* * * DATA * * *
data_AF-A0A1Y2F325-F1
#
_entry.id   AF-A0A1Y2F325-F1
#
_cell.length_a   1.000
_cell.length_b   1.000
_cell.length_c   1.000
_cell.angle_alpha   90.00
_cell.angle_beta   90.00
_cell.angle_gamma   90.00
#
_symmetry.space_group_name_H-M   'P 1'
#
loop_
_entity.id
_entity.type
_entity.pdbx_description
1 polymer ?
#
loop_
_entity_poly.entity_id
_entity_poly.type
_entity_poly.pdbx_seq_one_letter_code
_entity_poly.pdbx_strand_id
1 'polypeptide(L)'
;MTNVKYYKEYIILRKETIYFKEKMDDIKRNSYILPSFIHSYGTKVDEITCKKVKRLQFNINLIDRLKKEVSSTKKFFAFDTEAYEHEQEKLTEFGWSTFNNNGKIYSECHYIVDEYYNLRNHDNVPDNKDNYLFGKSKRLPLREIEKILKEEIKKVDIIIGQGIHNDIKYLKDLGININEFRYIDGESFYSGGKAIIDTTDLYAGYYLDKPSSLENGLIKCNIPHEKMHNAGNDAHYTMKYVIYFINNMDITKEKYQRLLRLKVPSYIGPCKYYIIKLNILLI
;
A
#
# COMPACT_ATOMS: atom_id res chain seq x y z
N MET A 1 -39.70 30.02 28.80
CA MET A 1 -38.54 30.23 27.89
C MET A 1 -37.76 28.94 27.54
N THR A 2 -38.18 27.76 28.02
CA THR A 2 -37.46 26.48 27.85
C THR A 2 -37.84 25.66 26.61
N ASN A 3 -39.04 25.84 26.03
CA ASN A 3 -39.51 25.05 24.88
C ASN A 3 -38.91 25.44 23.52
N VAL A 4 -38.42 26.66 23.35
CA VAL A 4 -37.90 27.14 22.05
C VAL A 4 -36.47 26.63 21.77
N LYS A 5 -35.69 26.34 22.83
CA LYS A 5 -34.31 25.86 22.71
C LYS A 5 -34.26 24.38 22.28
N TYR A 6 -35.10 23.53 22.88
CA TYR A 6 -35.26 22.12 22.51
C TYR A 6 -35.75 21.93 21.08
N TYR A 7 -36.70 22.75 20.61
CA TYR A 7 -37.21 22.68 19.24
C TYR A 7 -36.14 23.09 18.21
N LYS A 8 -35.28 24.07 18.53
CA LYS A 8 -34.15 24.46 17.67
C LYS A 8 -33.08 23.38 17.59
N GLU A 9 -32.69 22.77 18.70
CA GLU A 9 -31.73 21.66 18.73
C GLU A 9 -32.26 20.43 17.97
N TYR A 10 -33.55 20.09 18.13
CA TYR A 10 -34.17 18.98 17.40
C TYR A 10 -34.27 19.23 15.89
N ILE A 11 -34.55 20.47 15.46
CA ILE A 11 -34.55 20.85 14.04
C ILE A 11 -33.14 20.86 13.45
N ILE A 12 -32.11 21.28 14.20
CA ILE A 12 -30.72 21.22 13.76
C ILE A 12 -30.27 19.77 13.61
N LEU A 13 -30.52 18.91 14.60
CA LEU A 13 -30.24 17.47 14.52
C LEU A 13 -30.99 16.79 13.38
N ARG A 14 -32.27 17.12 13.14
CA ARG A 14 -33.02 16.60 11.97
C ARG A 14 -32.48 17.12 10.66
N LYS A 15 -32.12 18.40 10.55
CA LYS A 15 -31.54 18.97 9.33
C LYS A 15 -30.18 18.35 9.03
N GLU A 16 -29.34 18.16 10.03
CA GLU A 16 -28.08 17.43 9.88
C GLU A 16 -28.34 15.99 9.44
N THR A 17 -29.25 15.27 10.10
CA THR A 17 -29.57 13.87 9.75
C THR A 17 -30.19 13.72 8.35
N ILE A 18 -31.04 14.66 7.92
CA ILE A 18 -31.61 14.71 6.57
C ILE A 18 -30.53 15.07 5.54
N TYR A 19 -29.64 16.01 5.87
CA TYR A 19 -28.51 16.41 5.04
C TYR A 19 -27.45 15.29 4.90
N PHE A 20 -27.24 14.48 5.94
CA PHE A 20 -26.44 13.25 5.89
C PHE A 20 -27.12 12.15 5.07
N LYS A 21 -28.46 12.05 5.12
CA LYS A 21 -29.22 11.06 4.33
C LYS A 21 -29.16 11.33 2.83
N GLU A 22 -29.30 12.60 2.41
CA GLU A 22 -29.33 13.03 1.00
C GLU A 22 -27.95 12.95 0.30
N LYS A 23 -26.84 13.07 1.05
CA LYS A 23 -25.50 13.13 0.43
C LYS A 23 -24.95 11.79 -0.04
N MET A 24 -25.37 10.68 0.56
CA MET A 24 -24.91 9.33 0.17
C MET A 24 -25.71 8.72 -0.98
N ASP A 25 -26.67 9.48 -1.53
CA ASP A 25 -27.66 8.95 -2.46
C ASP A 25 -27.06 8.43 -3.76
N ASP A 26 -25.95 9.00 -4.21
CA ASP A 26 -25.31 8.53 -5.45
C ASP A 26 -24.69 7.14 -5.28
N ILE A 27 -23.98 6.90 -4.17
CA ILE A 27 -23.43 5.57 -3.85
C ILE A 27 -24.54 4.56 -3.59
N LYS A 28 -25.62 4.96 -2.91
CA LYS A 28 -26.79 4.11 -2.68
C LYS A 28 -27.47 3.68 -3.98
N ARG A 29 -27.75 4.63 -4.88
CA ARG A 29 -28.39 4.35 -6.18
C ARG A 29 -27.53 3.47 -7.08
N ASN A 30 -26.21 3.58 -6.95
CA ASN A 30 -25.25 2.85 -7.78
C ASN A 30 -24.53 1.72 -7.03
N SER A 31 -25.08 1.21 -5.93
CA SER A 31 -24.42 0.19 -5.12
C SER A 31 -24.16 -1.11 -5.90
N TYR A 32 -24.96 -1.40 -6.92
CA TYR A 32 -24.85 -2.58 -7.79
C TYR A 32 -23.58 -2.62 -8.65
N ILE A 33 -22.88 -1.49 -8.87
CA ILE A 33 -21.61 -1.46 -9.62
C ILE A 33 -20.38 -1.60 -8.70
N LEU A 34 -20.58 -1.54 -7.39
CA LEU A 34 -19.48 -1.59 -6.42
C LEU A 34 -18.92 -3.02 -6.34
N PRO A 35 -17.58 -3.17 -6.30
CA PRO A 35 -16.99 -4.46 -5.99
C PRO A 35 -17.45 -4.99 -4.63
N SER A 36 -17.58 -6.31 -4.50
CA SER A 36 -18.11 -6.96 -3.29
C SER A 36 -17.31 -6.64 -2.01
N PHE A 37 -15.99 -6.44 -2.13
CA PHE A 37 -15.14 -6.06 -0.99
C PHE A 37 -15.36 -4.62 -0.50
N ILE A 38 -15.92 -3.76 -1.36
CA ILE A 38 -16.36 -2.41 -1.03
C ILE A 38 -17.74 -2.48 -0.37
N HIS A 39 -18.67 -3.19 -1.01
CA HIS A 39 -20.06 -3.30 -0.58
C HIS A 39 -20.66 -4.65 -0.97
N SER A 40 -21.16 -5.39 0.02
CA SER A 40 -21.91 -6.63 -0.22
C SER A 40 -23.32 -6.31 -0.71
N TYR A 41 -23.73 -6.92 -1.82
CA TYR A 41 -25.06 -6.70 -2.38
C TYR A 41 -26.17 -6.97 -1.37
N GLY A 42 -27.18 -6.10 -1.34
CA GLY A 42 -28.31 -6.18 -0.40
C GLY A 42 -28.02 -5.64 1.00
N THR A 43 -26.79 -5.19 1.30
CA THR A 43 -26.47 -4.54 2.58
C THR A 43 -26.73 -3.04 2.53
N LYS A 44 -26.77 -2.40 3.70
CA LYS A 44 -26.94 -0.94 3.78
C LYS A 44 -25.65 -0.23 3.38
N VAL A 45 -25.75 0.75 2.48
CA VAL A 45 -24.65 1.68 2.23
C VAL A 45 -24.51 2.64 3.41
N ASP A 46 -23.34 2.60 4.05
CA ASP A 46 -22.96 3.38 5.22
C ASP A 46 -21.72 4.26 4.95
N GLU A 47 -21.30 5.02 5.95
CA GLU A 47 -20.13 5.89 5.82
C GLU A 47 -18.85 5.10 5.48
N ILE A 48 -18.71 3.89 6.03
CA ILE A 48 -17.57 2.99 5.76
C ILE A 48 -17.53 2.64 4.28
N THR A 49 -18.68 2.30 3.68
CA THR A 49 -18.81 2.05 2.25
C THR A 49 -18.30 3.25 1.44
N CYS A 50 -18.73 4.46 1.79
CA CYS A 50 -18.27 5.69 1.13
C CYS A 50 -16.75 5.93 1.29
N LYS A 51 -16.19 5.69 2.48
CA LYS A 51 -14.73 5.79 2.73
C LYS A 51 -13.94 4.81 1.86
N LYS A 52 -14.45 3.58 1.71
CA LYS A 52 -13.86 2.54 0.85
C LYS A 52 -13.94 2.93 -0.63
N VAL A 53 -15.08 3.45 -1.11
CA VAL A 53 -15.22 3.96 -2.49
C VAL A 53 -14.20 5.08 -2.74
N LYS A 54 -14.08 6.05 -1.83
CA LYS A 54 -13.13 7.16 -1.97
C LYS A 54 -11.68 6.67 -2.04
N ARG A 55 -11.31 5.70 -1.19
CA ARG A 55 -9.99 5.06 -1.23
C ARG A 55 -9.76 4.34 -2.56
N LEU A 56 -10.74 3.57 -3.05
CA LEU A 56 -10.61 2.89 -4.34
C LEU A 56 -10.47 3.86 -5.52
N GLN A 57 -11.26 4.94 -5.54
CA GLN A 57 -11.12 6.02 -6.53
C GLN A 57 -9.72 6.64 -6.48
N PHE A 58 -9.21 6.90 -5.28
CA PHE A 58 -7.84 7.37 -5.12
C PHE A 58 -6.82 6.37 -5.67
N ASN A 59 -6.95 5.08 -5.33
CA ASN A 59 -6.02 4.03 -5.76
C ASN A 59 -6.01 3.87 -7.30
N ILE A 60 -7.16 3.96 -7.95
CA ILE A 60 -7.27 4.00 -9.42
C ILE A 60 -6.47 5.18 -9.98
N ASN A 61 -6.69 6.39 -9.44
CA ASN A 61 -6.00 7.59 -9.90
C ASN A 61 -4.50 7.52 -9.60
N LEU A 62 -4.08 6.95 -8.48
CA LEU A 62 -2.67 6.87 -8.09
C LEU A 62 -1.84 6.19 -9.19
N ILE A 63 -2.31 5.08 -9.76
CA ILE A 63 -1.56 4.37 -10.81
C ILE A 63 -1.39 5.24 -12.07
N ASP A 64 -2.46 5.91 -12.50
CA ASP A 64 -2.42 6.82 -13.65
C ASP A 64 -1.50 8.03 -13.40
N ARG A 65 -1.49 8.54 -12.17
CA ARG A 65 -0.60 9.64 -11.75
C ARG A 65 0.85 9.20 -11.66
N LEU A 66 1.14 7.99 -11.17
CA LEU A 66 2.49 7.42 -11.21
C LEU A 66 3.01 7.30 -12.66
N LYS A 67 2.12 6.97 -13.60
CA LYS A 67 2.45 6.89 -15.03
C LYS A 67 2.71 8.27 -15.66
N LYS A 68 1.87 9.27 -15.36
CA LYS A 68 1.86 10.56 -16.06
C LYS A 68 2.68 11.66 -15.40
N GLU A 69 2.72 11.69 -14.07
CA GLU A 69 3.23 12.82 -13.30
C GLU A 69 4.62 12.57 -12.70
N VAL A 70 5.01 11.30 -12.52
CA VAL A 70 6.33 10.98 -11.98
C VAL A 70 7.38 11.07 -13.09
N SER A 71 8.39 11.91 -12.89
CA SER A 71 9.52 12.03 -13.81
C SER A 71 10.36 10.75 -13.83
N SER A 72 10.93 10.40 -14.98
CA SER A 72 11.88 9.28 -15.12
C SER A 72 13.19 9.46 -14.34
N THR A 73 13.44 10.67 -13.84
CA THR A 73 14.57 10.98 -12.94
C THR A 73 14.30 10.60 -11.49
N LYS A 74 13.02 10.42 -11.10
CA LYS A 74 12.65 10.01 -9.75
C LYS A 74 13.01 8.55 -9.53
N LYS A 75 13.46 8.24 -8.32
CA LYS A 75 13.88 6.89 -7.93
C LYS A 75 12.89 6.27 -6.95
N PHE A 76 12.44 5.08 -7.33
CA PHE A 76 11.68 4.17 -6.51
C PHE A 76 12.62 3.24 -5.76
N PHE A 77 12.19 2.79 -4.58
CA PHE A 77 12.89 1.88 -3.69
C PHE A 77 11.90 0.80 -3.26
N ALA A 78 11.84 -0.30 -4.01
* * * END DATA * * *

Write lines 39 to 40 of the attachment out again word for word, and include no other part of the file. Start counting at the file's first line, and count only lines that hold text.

C ASN A 3 -38.91 25.44 23.52
N VAL A 4 -38.42 26.66 23.35